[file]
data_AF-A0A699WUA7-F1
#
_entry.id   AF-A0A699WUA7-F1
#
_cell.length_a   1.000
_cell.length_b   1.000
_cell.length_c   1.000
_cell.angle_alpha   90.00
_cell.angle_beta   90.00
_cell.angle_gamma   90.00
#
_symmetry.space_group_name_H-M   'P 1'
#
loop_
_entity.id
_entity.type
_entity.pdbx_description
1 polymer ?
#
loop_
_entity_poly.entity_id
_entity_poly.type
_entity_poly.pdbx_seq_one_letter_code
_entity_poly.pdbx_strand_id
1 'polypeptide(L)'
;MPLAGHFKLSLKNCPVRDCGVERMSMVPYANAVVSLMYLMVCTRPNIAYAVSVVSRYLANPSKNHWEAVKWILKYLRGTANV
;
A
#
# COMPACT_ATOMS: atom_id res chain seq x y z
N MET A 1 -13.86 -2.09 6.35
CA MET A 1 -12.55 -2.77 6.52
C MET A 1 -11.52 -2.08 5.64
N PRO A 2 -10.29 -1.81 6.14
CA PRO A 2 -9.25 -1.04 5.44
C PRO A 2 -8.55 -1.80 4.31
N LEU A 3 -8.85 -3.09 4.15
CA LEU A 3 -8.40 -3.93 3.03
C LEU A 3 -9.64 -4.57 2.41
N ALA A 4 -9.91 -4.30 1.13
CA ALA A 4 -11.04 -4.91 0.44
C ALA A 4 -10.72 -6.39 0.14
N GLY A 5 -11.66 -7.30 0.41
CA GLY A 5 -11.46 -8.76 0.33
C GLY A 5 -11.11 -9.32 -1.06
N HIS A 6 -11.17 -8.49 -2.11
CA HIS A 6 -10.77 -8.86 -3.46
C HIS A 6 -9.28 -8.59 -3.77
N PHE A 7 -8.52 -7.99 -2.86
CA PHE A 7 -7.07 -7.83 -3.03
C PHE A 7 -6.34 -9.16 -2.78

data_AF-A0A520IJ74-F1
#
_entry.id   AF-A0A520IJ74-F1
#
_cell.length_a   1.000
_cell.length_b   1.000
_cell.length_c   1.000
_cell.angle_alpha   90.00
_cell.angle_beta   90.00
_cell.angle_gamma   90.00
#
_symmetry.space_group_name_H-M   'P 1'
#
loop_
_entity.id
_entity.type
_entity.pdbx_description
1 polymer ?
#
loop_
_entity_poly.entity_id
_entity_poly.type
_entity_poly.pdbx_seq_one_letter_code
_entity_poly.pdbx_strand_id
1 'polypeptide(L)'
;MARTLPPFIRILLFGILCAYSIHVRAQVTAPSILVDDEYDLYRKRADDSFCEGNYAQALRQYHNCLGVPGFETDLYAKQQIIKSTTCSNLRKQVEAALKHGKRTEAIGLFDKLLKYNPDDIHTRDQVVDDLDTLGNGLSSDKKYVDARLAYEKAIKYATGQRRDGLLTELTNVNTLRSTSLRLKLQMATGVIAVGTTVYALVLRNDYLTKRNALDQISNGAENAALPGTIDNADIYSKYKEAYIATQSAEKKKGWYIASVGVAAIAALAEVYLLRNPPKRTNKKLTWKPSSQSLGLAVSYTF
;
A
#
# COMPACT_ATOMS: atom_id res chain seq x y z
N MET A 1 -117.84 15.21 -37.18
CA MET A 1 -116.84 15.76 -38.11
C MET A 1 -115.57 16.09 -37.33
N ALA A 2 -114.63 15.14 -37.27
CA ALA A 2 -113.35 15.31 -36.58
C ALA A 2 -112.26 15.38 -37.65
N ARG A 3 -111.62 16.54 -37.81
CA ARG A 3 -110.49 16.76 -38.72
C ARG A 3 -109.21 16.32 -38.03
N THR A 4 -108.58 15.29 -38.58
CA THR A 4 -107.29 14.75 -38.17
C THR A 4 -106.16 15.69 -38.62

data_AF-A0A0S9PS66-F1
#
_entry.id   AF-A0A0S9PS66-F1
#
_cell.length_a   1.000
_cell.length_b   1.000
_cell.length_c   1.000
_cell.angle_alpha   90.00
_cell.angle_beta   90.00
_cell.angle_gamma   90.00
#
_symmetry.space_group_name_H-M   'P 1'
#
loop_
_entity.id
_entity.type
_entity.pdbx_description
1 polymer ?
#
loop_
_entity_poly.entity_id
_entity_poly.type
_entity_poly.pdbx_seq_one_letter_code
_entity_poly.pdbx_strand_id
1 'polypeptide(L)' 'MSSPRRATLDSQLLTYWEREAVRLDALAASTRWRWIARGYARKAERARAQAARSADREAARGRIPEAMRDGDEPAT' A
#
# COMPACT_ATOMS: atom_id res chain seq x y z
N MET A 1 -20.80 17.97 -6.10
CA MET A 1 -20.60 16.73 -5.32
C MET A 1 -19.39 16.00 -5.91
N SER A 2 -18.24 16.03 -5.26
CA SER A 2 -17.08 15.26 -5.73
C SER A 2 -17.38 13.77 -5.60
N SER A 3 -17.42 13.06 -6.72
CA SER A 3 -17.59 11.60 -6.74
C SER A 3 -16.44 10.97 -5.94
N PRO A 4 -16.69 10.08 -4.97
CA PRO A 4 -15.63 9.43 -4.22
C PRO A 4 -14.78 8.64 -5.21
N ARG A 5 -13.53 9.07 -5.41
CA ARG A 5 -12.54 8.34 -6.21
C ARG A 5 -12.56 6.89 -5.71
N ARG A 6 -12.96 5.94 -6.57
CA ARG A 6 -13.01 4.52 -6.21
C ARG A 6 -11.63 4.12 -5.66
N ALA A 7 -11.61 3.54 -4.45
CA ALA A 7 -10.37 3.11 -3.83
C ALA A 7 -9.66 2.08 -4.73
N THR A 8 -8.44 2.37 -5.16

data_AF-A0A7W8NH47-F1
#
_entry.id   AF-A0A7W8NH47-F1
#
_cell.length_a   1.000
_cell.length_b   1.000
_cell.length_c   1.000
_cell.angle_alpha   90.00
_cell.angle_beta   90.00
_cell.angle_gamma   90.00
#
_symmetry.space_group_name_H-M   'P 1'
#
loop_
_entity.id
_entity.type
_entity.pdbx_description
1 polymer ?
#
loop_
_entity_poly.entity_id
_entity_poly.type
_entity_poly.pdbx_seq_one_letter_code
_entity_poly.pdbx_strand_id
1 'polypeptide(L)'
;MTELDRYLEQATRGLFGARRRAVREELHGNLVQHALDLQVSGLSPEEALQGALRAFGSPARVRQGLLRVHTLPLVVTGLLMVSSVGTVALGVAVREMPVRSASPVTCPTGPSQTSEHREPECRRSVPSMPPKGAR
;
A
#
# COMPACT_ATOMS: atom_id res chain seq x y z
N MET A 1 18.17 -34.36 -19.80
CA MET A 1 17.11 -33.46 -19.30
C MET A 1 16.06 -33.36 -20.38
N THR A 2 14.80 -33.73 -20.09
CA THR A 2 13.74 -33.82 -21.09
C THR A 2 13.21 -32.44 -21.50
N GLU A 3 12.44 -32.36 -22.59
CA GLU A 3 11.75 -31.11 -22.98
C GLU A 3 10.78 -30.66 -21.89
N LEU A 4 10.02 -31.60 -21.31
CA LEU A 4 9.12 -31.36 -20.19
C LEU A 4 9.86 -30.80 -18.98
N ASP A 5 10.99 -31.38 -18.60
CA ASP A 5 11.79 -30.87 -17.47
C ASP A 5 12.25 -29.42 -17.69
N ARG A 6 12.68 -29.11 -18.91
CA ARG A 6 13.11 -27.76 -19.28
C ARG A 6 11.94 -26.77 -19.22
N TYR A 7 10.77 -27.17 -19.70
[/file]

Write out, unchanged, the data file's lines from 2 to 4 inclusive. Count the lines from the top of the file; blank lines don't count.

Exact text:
#
_entry.id   AF-A0A699WUA7-F1
#